O objetivo deste trabalho foi detectar a presença de arqueias no rúmen bovino por meio das sequências gênicas da região conservada 16S rDNA. As amostras foram coletadas de bovinos alimentados com duas dietas experimentais contendo diferentes relações volumoso e concentrado. Para amplificação da região ribossomal 16S rDNA foi feita PCR e a análise das sequências foi realizada pelos programas Phred/Phrap/Consed. As análises do BLAST permitiram identificar no tratamento com 70% de feno, 96 sequências relacionadas à família Methanobacteriaceae, 47 sequências a arqueias não cultiváveis e 60 sequências foram de arqueias desconhecidas e no tratamento com 30% de feno foram 125 sequências relacionadas à família Methanobacteriaceae, 42 sequências a arqueias não cultiváveis e 32 sequências foram de arqueias desconhecidas. A análise das sequências da região 16S rDNA de arqueias do rúmen bovino permitiu detectar maior número de sequências relacionadas com arqueias desconhecidas no tratamento com 70% de feno.
Palavras-chave: Análise molecular, metanogênicas, rúmen bovino, PCR.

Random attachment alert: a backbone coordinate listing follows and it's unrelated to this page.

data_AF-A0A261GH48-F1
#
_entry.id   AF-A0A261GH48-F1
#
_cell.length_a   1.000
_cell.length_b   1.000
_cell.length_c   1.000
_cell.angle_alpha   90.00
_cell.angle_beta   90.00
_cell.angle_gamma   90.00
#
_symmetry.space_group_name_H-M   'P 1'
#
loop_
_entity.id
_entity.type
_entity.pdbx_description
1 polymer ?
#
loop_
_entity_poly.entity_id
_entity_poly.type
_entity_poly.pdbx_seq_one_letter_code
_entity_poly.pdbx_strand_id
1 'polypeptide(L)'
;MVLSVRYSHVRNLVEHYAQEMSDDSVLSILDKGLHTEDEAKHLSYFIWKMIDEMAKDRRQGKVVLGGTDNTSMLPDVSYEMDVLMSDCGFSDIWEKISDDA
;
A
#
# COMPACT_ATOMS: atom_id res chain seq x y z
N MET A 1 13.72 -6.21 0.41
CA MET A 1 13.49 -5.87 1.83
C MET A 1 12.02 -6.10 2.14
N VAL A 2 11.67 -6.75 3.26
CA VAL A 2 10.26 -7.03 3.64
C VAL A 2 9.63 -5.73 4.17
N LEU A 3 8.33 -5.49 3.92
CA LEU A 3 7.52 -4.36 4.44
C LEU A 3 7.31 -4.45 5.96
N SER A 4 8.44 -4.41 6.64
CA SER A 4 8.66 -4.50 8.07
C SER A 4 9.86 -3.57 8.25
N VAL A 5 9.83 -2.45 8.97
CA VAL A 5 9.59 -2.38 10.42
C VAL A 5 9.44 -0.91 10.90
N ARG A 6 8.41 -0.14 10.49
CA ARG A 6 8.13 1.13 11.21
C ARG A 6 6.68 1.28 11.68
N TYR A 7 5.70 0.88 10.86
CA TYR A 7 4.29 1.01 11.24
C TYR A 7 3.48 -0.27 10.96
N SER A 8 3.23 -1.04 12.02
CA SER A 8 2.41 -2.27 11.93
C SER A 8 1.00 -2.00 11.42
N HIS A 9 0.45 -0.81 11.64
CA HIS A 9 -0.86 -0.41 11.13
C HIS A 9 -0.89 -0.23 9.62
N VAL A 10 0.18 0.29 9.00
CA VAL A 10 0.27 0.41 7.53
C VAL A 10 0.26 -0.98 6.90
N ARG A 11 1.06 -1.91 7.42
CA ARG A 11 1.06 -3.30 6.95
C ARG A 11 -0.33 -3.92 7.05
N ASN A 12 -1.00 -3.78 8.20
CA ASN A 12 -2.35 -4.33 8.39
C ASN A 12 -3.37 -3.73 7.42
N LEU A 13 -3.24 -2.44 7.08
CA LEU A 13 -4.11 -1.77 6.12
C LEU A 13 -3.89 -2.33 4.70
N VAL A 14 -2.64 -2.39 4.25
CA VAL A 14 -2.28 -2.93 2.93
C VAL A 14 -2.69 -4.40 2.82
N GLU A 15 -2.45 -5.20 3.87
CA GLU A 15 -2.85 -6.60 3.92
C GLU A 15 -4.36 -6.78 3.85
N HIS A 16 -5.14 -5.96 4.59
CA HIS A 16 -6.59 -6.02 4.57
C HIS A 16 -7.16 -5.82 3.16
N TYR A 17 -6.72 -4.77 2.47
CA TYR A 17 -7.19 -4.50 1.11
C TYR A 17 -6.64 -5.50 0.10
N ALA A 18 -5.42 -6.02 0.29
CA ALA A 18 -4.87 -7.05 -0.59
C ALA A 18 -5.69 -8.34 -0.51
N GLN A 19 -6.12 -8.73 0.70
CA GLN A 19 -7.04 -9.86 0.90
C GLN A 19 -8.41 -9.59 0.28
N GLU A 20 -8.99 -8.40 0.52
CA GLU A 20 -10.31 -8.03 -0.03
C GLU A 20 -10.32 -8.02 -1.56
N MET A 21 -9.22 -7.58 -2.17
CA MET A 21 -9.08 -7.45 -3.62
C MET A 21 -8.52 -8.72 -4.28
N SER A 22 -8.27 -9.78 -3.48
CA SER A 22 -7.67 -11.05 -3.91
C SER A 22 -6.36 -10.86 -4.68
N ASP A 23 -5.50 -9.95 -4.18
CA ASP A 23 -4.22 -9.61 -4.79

Methanogenic archaea inhabits a specific metabolic niche; they are strictly anaerobes and produces methane (CH4), an important energy source known as biogas. These organisms are found many in anaerobic environments, from deep aquatic environments like sea sediments to, the rumens and large intestines of herbivorous or used in biodigestors. The methanogenic organisms are present in the rumen in large quantities, ranging from 107 to 109 cells/mL of ruminal liquid, depending on the diet provided to the animal (Kamra, 2005). One of the largest sources of CH4 emission from agricultural activities is the enteric fermentation of ruminants (Olesen et al., 2006). The energetic loss due to ruminal methanogenesis causes economic prejudice against ruminants, since 3% to 13% of the gross energy intake of these animals can be lost as methane. Modern society demands high-yield food production systems with low pollutant emissions. Based on it, low-yield producing animals are major collaborators to the annual CO2 and CH4 gases production. One objective of ruminal microbial scientific research has been to develop methods to redirect the energetic losses due to CH4 into specialized products such as milk and meat, promoting better nutrient conversion (Nagajara, 2003).